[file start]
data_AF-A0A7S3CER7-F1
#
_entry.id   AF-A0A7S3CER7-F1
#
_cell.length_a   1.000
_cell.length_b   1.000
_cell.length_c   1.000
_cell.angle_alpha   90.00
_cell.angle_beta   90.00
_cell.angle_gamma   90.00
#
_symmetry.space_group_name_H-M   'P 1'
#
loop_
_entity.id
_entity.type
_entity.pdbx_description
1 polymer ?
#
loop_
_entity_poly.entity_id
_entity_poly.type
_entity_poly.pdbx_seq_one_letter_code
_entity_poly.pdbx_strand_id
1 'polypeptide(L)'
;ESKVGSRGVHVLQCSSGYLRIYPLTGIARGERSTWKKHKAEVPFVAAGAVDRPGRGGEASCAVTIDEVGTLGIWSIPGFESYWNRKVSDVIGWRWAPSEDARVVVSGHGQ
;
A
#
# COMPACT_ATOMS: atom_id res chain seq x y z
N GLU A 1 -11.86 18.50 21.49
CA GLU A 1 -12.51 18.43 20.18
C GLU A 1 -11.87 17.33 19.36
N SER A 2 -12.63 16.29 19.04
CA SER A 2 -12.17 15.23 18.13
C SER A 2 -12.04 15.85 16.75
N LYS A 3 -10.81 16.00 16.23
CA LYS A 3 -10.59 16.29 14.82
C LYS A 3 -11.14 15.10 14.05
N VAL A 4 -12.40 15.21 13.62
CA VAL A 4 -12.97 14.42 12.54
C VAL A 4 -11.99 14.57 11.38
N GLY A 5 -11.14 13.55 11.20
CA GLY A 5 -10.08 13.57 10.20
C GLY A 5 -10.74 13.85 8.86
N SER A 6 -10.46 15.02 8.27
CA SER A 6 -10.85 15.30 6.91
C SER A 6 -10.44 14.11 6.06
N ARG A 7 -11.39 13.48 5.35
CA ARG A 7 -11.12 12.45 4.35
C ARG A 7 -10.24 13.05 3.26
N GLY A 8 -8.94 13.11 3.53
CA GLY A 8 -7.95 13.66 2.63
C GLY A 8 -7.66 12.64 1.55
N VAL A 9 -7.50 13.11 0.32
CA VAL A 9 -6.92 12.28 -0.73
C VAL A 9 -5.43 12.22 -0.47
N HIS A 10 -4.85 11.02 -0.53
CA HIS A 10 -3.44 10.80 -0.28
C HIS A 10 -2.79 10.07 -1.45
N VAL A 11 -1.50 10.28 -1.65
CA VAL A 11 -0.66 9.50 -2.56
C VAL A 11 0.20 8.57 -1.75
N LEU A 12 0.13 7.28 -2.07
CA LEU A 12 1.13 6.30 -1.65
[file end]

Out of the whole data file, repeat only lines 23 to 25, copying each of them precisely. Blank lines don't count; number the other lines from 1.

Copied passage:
_entity_poly.pdbx_seq_one_letter_code
_entity_poly.pdbx_strand_id
1 'polypeptide(L)'